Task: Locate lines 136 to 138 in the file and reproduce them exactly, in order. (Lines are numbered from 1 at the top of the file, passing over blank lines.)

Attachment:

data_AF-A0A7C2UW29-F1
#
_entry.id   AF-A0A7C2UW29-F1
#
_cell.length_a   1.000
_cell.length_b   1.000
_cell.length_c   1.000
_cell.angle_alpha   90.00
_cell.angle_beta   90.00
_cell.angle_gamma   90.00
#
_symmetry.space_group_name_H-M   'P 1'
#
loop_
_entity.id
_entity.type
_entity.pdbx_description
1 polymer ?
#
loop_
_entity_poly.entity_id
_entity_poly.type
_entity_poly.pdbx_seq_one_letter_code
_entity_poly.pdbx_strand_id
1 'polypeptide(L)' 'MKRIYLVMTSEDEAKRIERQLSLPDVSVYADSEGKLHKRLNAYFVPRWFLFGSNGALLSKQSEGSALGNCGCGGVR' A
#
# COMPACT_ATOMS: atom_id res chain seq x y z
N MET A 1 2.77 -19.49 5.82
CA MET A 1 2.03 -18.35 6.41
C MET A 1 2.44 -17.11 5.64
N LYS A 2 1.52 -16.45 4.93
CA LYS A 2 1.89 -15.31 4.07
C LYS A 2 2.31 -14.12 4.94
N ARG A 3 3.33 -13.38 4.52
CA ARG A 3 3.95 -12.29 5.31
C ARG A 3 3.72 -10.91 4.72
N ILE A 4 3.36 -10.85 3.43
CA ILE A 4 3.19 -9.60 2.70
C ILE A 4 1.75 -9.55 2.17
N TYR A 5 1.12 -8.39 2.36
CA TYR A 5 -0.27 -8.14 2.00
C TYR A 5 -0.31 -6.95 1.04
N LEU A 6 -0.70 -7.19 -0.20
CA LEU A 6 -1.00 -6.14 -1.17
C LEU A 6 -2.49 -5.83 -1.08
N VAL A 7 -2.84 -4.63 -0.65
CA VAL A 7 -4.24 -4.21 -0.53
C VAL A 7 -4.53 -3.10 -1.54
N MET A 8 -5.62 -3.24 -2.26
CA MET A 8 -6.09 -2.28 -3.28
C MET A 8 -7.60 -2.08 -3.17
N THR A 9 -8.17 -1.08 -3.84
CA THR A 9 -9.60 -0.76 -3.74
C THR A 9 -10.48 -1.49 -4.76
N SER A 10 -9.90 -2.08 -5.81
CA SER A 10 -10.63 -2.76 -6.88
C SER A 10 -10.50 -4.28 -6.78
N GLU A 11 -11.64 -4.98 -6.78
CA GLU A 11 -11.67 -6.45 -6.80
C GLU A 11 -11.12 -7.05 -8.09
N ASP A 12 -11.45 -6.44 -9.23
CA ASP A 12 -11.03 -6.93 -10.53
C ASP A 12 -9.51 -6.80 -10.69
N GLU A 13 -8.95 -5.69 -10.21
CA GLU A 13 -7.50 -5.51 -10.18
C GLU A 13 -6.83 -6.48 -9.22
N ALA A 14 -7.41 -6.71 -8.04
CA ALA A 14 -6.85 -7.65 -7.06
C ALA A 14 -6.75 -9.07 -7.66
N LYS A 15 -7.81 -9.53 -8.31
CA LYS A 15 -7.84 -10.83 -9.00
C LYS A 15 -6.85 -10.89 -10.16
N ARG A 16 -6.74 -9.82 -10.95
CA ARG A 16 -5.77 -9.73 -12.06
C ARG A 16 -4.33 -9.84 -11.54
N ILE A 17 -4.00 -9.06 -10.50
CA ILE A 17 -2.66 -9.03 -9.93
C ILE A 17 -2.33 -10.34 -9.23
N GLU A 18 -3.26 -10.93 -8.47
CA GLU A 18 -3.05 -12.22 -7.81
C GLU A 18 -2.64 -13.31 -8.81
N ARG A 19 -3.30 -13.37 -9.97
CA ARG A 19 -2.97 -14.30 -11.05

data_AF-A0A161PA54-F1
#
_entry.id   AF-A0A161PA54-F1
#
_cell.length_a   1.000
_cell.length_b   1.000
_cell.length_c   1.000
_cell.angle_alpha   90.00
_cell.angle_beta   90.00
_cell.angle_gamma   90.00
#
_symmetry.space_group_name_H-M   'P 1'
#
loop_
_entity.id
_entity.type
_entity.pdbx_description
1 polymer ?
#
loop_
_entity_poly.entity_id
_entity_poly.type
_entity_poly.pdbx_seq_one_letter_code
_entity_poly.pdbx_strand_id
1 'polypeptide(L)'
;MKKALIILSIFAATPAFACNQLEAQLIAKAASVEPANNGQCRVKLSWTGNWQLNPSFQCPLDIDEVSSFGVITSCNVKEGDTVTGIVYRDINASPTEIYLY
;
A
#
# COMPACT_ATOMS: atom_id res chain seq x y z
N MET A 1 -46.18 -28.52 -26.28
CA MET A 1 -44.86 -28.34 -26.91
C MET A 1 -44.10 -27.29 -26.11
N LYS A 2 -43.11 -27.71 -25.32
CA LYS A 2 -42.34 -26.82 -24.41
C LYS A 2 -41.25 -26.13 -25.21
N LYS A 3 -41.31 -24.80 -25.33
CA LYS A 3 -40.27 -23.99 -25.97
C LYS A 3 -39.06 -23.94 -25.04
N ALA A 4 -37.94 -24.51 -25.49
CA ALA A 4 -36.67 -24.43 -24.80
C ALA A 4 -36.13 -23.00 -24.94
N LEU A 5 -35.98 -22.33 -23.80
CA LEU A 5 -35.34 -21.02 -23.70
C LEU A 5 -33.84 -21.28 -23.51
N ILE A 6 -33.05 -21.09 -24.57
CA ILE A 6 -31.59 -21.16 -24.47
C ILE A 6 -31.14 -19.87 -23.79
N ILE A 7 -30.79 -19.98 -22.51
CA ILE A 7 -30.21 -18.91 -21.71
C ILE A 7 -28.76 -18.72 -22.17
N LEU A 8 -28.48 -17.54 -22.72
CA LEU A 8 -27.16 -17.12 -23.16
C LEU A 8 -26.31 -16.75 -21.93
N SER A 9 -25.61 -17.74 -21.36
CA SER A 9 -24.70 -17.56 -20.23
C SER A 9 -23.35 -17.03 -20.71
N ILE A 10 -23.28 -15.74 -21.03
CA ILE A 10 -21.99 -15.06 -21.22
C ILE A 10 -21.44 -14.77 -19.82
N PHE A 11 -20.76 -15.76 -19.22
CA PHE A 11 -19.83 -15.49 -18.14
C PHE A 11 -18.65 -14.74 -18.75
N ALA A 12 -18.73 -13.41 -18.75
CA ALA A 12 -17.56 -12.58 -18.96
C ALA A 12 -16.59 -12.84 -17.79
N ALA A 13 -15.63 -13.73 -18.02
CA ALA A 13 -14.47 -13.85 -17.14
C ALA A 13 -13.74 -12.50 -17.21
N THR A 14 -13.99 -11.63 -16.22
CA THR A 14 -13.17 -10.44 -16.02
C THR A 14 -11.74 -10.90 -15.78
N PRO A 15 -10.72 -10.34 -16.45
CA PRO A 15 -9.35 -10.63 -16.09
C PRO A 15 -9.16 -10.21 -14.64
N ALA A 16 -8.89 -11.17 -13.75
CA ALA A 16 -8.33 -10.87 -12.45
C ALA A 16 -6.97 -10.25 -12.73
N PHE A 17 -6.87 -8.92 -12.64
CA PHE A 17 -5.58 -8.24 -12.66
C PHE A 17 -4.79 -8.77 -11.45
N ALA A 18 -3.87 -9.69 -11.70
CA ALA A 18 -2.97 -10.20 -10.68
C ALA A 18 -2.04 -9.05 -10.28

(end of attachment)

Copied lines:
CA LEU A 8 -27.16 -17.12 -23.16
C LEU A 8 -26.31 -16.75 -21.93
N SER A 9 -25.61 -17.74 -21.36